(12) In view of the nature of the research work under this contract, the definition of Specified Work Object given in paragraph (a) (11) of this section is inapplicable in the patent clause. It is agreed, therefore, that all obligations relating to, or flowing from, a Specified Work Object have no force and effect in this patent clause.
The definition of "Contractor" in the patent clause may in some unusual cases give rise to situations which could cause serious difficulties in contracting. Subject to the approval of the Solicitor, deviations may be made in the definition as are deemed necessary to accommodate the specific problems presented and still attain the main objectives of the Department of the Interior's patent policy as expressed in the regulations.
§ 14R-9.101-3 Domestic patent rights. All patents arising out of R. & D. contracts under the Saline Water Act are required to be made available to the public in the United States royalty-free. This is carried out in paragraph (b) of the patent clause (§ 14R-9.101-9(b)) by having the Government take title to all inventions made under such contracts. The contractor is granted a royalty-free license under such inventions.
§ 14R-9.101-4 Exclusion of inventions.
(a) Under the terms of the patent clause, an invention is considered made under the contract if it was first conceived or first actually reduced to practice in the course of or under the contract. Where the contractor alleges at the time of contracting that an identified invention was conceived prior to the execution of the contract, and a patent application has been filed or will be filed, he may acquire the right to have the invention excluded from being considered a subject invention even though it is later actually reduced to practice under the contract. The contractor may acquire this right if he can provide evidence sufficient to convince the Contracting Officer that the work actually performed by him had brought the invention to the point of engineering practicality prior to the contract, and an actual reduction to practice under the contract will require no more than routine work. However, data developed in connection with work on the invention in the course of or under the contract are subject to the provisions of the Data clause § 14R-9.202 and the Government has a shop right to practice the invention if it is held not to be a subject invention.
(b) When applicable, the following paragraphs shall be inserted in the contract as paragraph (b)(3) of the patent clause (§ 14R-9.101-9) to cover this aspect:
An invention which has not been actually reduced to practice may be excluded from being considered a Subject Invention even though it is subsequently actually reduced to practice in the course of or under the Contract if:
(1) The Contractor has demonstrated to the Contracting Officer at the time of contracting, or at a time subsequent thereto as set forth in the Schedule, that such invention was described in a patent application or in a suitable documented written disclosure furnished to the Contracting Officer and had been developed to the point of engineering practicality prior to this Contract by laboratory or design work, or both, and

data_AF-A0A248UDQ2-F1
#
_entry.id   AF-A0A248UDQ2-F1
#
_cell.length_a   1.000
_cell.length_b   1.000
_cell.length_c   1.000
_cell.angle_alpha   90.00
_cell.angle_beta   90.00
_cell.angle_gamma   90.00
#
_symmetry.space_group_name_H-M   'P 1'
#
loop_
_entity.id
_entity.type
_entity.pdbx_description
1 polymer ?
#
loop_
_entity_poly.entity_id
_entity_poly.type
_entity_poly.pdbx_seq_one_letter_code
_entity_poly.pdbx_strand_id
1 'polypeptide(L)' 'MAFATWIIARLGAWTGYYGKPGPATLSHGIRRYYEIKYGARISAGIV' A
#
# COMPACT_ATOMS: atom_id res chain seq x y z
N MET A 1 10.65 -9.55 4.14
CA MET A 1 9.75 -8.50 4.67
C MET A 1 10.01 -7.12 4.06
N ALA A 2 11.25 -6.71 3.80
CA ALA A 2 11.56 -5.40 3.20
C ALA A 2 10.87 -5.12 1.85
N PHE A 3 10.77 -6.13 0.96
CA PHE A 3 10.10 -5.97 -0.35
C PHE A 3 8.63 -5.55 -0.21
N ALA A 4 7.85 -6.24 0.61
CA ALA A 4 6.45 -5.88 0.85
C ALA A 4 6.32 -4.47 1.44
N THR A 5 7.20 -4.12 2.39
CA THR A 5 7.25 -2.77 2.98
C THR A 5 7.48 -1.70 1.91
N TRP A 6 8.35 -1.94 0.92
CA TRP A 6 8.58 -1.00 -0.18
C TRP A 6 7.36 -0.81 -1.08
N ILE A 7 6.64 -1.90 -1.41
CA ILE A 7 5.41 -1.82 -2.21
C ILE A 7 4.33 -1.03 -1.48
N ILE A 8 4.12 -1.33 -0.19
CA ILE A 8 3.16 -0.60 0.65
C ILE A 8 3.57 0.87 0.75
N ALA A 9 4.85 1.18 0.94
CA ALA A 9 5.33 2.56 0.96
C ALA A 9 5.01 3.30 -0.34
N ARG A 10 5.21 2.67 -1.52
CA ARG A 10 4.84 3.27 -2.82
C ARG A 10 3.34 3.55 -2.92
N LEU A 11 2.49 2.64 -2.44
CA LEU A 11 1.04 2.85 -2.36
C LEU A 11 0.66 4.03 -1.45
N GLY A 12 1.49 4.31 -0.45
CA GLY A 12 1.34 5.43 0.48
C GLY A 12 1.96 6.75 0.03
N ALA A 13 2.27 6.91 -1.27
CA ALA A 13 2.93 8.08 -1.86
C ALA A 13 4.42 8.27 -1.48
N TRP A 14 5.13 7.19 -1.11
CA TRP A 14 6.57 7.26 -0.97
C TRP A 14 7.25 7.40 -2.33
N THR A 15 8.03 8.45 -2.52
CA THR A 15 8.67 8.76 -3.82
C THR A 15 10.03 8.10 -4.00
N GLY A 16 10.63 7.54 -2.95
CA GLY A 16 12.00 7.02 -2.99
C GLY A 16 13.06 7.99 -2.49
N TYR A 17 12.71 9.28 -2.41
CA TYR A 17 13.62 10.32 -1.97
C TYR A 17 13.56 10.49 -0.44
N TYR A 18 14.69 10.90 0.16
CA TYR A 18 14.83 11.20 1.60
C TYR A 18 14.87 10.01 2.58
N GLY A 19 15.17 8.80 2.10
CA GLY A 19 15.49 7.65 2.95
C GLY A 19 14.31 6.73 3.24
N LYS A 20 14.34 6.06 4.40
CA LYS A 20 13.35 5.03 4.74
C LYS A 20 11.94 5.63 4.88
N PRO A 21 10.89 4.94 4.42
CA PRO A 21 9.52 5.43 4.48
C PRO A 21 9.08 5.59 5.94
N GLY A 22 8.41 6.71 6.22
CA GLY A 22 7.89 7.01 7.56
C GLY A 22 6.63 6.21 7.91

(ii) A subsequent actual reduction to practice under this Contract did not require the exercise of invention or extensive experimentation, and
(iii) A U.S. patent application on said invention is filed prior to the termination of the Contract.
As used herein "extensive experimentation" shall be deemed to have taken place when the labor cost involved under the Contract in making the actual reduction to practice amounts to either (1), 15 or more per
cent of the total labor cost under the Contract, or (2), at least 10,000 dollars.
Upon the Contractor's request and without undue delay, after the actual reduction to practice the circumstances will be reviewed and a determination will be made whether the invention would be considered a Subject Invention. It is agreed that the Government has a shop right to practice, for Governmental purposes, any such invention held not to be a Subject Invention. Any dispute regarding the rights of the parties under this paragraph shall be subject to the Disputes Clause of this Contract.
Title to subject invention foreign rights will normally be waived to the Contractor upon his request except when the Government, because of a compelling public interest, determines to retain such rights.
§ 14R-9.101-6 Background patents.
(a) Statutory provisions concerning background patents. The Act provides generally that nothing contained therein shall be construed as to deprive the owner of any background patent rights. No prohibition against a patent owner agreeing by contract to enter into a license arrangement respecting his background patents is seen therein. However, care must be taken to make sure that such a contract is equitable. Generally speaking, it is the policy of OSW not to require licensing of background patents provided the invention involved therein is available commercially at reasonable prices.